How to Qualify for a Loan When you Don’t Qualify for a Loan

How to Qualify for a Loan When you Don’t Qualify for a Loan

Up until recently, I had always thought that banks follow their strict underwriting rules, and if you didn’t fall into the ratios, you were simply out of luck. I had heard that sometimes banks bend the rules, but figured that was a rare exception, and it really was just about the cold, hard numbers.

I was talking to a friend of mine, I’ll call him Jay, about this. Jay had built several seven and eight figure businesses, and his experience with getting loans was completely different than mine. He said getting a bank loan was all about the relationship, and all about confidence.

I had never seen a relationship or confidence close a loan, so I asked to tag along with him on his next banking request to see how it was done and I was AMAZED.

It really is true. Having a relationship with a bank and presenting the details with confidence trump numbers. Here is how to get a loan when you don’t qualify.

#1 Choose a Small, Community Bank

National banks still have some flexibility in loaning if the banker really likes you and they can pitch your cause to the underwriter, but more often than not, the underwriter will stick with bank guidelines and follow the numbers.

Enter community banks. Especially banks who specialize in small business loans. How do you know who specializes in small business loans? You ask. “I am looking for a bank, and want to find a good fit for my needs. If your bank specialized in one kind of loan in particular, what would that loan be?” If multiple people from that bank tell you they specialize in everything (mortgages, small business, car loans, etc) move on. All banks offer all of those types of loans, but you really want a bank that specializes in small business.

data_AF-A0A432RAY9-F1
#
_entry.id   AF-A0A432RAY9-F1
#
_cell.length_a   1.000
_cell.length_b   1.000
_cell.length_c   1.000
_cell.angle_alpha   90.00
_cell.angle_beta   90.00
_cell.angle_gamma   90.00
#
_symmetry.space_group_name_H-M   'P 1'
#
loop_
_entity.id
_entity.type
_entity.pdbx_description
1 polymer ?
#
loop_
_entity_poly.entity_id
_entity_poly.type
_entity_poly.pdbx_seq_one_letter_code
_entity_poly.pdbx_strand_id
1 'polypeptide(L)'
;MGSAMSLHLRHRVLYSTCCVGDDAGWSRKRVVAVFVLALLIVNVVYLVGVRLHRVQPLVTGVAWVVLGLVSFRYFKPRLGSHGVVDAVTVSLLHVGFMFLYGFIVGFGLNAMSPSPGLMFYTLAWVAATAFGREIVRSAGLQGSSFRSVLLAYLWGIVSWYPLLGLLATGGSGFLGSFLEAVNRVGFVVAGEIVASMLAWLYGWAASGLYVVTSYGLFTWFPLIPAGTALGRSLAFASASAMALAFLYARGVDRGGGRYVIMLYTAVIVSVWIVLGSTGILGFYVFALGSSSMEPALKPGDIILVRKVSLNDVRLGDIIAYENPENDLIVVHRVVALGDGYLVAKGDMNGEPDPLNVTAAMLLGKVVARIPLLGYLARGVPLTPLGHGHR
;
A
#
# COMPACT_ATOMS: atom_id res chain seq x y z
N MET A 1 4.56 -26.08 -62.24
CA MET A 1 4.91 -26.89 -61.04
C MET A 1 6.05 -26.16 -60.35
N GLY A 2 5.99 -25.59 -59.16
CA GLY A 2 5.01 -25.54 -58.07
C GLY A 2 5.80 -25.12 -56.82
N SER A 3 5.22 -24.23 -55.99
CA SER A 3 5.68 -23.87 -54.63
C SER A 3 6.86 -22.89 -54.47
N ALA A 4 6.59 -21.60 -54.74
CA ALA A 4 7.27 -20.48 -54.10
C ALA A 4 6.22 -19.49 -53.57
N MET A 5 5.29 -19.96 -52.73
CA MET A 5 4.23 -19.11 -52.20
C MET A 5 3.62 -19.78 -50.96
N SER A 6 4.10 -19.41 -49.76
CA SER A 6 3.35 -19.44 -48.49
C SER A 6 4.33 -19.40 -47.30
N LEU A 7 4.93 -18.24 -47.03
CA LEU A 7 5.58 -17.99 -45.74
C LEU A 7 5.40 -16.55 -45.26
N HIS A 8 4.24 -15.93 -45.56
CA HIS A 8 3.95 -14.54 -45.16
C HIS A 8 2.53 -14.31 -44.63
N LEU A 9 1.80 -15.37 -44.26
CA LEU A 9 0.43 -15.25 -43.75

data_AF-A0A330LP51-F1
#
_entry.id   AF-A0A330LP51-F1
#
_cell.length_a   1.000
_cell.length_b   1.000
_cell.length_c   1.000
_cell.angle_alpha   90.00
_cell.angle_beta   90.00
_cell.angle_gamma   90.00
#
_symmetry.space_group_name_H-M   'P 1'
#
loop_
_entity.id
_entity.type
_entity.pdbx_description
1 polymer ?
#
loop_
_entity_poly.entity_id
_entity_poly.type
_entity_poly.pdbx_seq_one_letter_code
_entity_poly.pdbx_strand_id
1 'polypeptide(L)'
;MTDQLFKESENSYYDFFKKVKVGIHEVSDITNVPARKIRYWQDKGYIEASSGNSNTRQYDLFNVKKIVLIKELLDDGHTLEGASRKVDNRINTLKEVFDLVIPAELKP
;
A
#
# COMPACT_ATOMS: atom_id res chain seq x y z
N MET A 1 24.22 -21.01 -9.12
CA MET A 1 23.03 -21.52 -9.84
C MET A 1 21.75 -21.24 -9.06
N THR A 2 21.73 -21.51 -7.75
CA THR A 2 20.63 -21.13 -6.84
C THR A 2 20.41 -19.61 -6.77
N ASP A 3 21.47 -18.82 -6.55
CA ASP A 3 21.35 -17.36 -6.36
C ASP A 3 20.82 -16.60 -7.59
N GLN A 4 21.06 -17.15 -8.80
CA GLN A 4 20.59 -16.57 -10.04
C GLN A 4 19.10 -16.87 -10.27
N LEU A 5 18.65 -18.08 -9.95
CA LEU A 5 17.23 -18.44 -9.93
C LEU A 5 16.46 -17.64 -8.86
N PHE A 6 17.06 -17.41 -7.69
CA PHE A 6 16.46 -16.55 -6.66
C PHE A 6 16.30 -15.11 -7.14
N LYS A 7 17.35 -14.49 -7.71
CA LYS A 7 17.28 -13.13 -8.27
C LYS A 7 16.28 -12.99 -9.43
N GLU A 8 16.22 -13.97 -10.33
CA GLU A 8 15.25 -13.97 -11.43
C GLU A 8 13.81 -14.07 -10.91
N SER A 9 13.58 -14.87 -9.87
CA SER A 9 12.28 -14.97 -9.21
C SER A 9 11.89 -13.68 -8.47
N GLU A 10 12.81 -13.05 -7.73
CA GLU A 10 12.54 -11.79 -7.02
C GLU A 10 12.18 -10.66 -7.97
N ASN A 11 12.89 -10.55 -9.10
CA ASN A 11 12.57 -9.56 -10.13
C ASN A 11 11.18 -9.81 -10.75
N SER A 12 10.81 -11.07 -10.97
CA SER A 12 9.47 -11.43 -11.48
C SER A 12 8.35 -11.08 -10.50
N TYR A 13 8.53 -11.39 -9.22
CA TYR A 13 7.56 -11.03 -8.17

#2 Choose a Bank that Holds Loans In-house

If you work with a national bank, there is a good chance that they will sell your loan after you close. While it might not seem like it would matter, the underwriting process will be more strict if they are planning on selling your loan rather than keeping it in house. Ask this question right up front, and move on until you find a bank that holds their own loans.

#3 Take Your Time

When I visited the bank with my friend, the experience was completely different from anything I had done previously. He actually went into the bank, sat down with a banker, and spent over an hour chatting with him. He didn’t talk numbers at all beyond how much he needed, and really just developed a relationship with the banker.

#4 Show Confidence

I had always heard from bankers that it is best to tell them upfront about everything on your books because they will discover it all anyway–tell them fully about the good, the bad, and the ugly.

Jay thought my idea was funny. The business he was getting a loan for had slim profits the year before, and I asked him if he was going to address it upfront. His reply? Nope. If they have questions they will ask. His strategy was just to show up completely confident.

#5 Ask the Banker to Sell You

One of the strategies that Jay used while talking to the banker initially was to spend time talking about all of the business he would be sending to the small bank. He asked about how their checking worked, what their merchant account rates were, and employee credit cards. He asked about their online banking platform. He told the banker that if he were to get a loan through them, he would be moving over all of the businesses banking to them, and he wanted to make sure they would be a good fit. He asked the banker to sell him on banking with them.

Jay just closed on his loan. And I learned a great lesson. In business, even LOANS aren’t strictly by the numbers. Everything in business has a human component. Use that to your advantage!

We will review many different financial products (ie types of loans) and how to use financing to grow your business at our Business Intensive Retreat. Many businesses in the 100K – 500K revenue range are still too scared to use outside financing. If you would like to see significant business growth this year and are in this revenue range or above, you will need to get comfortable with debt investments. It is part of playing BIG in your business!

XO,

Kim

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